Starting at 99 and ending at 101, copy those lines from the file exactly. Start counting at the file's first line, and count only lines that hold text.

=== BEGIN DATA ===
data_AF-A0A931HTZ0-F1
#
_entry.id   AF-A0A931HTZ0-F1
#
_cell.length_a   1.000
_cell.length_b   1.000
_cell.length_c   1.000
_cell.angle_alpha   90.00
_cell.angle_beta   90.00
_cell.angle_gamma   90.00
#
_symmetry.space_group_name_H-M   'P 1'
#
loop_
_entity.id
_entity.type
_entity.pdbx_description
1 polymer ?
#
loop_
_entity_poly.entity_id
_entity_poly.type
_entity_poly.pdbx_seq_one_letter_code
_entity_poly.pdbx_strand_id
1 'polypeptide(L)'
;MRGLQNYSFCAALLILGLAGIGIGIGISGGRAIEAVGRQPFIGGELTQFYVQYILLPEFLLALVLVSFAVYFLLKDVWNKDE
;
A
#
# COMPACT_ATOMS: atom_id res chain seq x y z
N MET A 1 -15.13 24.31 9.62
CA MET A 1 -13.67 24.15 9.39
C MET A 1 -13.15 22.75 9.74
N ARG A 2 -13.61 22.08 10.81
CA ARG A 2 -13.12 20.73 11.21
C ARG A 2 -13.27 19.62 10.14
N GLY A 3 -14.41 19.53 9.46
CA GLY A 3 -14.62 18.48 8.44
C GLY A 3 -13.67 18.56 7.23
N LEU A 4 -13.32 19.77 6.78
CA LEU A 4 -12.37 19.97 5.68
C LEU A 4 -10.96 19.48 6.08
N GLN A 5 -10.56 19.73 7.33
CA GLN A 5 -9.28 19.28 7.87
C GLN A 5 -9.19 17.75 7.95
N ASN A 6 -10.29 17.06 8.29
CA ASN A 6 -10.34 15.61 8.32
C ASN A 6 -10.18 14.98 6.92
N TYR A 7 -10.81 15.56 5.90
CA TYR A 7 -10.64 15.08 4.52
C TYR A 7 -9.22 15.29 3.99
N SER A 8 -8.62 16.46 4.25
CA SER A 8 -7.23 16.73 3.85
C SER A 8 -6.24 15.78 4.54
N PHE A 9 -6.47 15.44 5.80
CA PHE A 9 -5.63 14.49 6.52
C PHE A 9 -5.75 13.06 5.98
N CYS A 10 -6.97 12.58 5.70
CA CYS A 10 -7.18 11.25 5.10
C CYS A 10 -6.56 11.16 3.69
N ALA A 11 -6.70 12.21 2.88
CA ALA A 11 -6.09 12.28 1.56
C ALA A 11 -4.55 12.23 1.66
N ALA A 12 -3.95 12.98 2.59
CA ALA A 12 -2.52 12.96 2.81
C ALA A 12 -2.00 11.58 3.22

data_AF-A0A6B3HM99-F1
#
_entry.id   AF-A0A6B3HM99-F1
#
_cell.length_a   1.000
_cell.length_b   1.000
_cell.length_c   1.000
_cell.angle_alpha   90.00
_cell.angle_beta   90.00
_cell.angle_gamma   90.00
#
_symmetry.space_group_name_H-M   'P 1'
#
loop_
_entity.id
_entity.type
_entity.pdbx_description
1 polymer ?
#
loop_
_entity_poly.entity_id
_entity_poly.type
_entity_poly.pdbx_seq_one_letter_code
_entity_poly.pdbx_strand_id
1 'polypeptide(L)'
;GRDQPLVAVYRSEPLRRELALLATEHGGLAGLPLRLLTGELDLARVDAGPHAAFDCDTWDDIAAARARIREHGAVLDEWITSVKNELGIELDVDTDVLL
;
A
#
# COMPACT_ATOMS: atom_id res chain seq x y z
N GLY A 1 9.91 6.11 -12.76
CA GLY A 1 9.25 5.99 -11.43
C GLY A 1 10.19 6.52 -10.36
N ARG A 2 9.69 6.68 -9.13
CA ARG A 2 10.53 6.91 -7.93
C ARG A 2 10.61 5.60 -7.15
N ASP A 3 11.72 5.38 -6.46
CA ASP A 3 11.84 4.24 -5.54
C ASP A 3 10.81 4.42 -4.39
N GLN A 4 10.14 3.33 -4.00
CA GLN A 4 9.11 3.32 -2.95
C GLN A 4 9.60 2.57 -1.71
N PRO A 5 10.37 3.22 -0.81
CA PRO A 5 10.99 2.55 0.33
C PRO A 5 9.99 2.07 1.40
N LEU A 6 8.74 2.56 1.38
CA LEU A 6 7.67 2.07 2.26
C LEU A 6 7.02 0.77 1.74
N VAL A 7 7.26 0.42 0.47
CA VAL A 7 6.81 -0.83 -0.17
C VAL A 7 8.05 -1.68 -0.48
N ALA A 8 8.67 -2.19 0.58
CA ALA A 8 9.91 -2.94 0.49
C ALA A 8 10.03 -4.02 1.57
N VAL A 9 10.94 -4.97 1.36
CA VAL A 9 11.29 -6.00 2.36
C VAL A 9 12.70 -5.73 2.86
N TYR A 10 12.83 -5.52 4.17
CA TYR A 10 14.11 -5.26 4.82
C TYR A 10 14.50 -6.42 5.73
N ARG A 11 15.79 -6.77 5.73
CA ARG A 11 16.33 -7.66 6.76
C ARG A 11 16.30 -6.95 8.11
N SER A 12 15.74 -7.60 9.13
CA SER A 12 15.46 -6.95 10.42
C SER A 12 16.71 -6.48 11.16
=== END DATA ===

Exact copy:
C GLY A 1 10.19 6.52 -10.36
N ARG A 2 9.69 6.68 -9.13
CA ARG A 2 10.53 6.91 -7.93